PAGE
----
- Control authentication levels for various OPC actions;
- Control the location of various OPC actions;
- Manage the DCOM permissions;
- Limit protocols used by DCOM/RPC;
- Restrict TCP port ranges for RPC.
- Full details on these steps are available in the US-CERT Recommended Practices document, "OPC Security White Paper #3–Hardening Guidelines for OPC Hosts" (www.tofinosecurity.com/opc-hardening).
Unfortunately, making these changes to each OPC server or client does add additional configuration complexity for the system administrator, and does not work for some poorly behaved OPC Server products.
Another solution is to use one of the products designed to tunnel OPC/DCOM traffic over a single TCP port. These were originally designed to address a different OPC issue, namely, how OPC deals with network address translation. However today many companies also propose them as a security solution. The downside is that these OPC tunnellers often require an intermediary personal computer (PC) to supply the OPC tunneller services. Maintaining this PC can be expensive for an end user over the long term, as the PC will need patching and anti-virus updates applied on a continuous basis if it is to be secure.
A simpler solution is the use of the new OPC-aware firewalls. In the past few months, Invensys (http://iom.invensys.com), MTL (www.mtl-inst.com) and Hirschmann (http://hus.hirschmann.com) have all announced firewalls that can automatically track and manage OPC Classic's nasty dynamic port problem. [Note: in the interests of full disclosure, the team at Byres Security provided technical assistance and software to these companies to make this possible.]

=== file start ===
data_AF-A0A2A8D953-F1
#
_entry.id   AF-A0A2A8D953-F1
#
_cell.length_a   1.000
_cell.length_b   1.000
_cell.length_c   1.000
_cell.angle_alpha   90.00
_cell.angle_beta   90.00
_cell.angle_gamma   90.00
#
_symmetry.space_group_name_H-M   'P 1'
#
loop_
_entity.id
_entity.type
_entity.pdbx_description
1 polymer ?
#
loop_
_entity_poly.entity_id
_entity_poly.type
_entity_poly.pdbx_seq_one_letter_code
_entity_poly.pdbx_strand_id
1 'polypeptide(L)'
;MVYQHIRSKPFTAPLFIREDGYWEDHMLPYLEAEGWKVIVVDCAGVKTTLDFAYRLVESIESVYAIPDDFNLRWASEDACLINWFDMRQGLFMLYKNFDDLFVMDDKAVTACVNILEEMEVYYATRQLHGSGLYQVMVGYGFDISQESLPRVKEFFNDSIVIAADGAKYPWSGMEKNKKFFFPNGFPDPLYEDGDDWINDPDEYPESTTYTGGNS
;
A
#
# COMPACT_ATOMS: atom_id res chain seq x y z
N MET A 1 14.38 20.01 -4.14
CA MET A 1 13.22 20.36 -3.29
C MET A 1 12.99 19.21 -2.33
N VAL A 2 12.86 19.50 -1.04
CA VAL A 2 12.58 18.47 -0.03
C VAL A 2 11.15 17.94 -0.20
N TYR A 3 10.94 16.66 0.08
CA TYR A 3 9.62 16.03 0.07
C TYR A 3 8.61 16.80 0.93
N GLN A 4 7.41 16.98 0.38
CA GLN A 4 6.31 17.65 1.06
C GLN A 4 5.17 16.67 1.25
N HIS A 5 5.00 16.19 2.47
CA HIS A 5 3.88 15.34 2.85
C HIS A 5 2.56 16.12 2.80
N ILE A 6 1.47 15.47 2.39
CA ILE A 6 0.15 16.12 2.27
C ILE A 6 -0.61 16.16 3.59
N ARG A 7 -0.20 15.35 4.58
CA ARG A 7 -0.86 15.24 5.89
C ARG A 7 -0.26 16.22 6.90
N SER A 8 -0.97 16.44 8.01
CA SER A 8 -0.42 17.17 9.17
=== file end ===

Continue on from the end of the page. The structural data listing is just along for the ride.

These units are designed to be dropped into an existing network carrying OPC DA, HAD or A&E traffic, and require no changes to the existing OPC clients and servers. In the Invensys case, the firewall is completely preconfigured to work with Triconex safety products. In the MTL and Hirschmann cases, the firewall is configured using a simple drag-and-drop editor to select permitted clients and servers. In both cases, the result is the control network appears closed to all but well-formed OPC traffic from user- approved clients and servers. All the open firewall ports typically required in a system using OPC are gone, improving security significantly with very little effort.
Into the Future – OPC-UA and OPC-XI
The good news for the future is that the OPC Foundation (www.opcfoundation.org) has recently developed two new versions of OPC called OPC-UA and OPC-XI, which are based on protocols other than DCOM. Once most OPC applications make this migration from the DCOM-based architecture to .NET-based architecture, then industry will have a significant opportunity for better security when it comes to OPC.
If you have already converted to OPC-UA or XI, good for you. However, if your company is like most, it will be a while before you can rid your plant of all traces of the DCOM-based OPC. So, until that day, you need to take a serious look at improving the security of your OPC. The techniques and technologies for better OPC security are available and proven. Not using them can be costly.